Gout Screening Can Identify Help CVD Patients at Increased Risk of Mortality

Cardiovascular disease (CVD) affects more than 90 million US adults. CVD is also prevalent in individuals with gout. Gout, a form of inflammatory arthritis characterized by severe pain, redness, and tenderness in and around the joints, occurs when too much uric acid (hyperuricemia) crystallizes and deposits in the joints. Prior meta-analyses have shown that hyperuricemia is associated with hypertension and coronary artery disease. Likewise, results from randomized clinical trials have linked gout with increased risks of heart attacks, cerebrovascular accidents, and death from CVD.

A study, published in the Journal of Clinical Rheumatology, investigated whether active gout screening in inpatients with cardiovascular events could help identify patients at higher risk of mortality after hospital discharge.

The study population included 249 patients admitted to San Juan de Alicante University Hospital in Alicante, Spain. Gout was established in patients through patient records and clinical interviews. After patients were discharged from hospital, their medical records were reviewed for mortality and cause of death. Researchers used Cox regression models to determine if there was an association between gout and subsequent mortality.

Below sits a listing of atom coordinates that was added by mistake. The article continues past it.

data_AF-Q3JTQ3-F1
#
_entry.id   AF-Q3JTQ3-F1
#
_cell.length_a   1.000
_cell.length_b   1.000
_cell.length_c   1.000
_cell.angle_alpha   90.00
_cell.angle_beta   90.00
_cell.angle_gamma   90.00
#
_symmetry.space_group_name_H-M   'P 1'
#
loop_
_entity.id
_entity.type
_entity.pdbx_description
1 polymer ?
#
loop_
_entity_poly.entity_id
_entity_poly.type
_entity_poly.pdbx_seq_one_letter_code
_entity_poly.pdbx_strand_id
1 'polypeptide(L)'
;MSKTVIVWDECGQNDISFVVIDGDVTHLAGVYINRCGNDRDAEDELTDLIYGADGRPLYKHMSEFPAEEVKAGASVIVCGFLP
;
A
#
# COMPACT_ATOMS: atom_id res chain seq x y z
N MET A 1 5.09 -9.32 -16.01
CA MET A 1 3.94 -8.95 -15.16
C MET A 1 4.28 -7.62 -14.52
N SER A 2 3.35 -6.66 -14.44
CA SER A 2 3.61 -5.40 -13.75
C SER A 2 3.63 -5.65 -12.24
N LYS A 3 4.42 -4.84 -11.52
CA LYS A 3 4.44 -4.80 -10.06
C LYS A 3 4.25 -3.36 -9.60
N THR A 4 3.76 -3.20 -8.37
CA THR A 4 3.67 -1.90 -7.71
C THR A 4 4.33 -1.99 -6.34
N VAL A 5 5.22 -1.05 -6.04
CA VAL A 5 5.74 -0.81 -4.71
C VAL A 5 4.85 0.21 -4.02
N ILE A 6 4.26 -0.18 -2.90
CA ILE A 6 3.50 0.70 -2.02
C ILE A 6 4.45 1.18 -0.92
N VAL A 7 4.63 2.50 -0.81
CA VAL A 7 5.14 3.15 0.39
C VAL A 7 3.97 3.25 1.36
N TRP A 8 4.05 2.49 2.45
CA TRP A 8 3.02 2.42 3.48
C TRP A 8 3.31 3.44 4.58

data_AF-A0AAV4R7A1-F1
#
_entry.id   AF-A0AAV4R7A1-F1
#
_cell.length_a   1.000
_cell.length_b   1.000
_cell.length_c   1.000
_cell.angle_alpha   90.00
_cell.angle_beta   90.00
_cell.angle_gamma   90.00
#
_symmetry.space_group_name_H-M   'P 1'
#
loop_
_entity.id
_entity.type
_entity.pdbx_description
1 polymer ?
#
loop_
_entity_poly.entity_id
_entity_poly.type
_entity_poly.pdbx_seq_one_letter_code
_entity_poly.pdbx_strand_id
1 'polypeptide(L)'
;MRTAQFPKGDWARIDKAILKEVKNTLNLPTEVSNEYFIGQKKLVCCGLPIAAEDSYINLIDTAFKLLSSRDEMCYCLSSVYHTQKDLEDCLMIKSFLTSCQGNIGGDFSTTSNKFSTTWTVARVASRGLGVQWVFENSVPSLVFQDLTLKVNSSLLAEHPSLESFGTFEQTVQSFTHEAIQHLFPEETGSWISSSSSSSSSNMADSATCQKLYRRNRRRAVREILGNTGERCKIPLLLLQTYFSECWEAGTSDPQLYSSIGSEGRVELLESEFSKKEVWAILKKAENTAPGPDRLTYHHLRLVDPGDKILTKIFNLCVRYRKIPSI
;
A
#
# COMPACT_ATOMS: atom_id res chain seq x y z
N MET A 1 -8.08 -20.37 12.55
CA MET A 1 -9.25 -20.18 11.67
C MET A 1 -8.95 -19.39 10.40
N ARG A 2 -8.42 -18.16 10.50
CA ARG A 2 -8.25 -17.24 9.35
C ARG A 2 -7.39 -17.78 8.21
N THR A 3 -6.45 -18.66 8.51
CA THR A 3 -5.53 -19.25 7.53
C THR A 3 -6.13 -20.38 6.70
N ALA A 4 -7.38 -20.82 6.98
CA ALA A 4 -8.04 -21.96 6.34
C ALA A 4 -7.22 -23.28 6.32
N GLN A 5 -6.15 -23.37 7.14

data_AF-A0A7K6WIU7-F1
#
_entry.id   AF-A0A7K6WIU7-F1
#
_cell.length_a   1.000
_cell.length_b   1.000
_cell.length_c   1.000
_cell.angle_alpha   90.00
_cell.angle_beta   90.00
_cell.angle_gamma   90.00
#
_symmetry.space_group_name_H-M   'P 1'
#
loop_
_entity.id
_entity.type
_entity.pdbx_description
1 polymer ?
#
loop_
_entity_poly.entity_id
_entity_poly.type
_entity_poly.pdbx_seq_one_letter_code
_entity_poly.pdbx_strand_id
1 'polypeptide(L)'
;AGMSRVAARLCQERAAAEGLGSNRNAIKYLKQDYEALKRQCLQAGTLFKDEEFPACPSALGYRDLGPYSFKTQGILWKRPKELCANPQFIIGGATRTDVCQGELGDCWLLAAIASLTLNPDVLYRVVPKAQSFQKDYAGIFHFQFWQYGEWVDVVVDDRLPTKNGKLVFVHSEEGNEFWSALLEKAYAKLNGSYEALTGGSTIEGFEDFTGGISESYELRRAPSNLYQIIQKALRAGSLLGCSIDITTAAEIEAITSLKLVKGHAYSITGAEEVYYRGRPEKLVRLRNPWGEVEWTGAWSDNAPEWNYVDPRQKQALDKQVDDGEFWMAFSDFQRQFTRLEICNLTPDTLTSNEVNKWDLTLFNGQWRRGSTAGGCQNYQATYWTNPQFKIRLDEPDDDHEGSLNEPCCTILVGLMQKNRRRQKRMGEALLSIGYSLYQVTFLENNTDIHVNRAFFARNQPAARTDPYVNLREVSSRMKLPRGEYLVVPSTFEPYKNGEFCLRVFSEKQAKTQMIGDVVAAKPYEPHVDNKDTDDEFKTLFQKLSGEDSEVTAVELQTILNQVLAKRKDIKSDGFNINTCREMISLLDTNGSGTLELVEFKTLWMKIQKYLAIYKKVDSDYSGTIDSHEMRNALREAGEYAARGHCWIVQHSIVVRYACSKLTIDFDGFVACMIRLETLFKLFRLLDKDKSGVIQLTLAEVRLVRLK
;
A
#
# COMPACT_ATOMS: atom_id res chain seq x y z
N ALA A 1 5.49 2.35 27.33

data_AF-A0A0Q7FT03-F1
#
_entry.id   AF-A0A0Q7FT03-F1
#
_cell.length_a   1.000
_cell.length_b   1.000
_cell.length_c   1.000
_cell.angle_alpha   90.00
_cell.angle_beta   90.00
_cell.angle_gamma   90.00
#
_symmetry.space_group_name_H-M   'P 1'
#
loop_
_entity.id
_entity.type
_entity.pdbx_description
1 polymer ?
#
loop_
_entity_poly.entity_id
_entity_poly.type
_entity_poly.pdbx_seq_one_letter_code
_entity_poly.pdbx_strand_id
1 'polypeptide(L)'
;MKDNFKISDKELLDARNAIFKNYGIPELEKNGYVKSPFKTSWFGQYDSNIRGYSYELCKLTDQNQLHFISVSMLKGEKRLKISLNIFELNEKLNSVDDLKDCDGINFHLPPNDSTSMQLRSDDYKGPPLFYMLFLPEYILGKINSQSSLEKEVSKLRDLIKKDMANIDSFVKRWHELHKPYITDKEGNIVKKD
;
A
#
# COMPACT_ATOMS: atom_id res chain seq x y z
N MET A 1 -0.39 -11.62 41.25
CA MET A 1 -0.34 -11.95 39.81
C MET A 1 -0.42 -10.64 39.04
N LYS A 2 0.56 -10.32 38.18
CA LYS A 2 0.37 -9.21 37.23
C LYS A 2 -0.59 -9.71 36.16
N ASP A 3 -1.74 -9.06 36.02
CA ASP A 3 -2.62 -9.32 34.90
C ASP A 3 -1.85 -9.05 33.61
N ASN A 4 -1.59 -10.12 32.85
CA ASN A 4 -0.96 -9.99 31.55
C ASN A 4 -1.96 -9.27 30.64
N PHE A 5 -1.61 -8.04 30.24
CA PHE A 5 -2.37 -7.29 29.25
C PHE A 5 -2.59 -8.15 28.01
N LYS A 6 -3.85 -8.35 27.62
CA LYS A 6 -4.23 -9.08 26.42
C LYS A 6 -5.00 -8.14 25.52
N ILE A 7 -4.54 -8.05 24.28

The mean follow-up period was 19.9 months after hospital discharge. Overall, 14.5% of patients were classified by researchers as having gout, with 13 of those patients being identified via clinical interview. In the both the overall study sample and a subgroup of patients with a prior diagnosis of gout, gout significantly increased the risk of all-cause mortality, with a hazard ratio of 2.01. Furthermore, patients with gout had an increased risk of both cardiovascular and noncardiovascular deaths. Within the gout population, increased age and chronic kidney disease were morality predictors.

“Active screening for gout allowed the detection of a larger population at high risk of mortality and could help tailor patient management to minimize the cardiovascular impact,” the authors of the study concluded.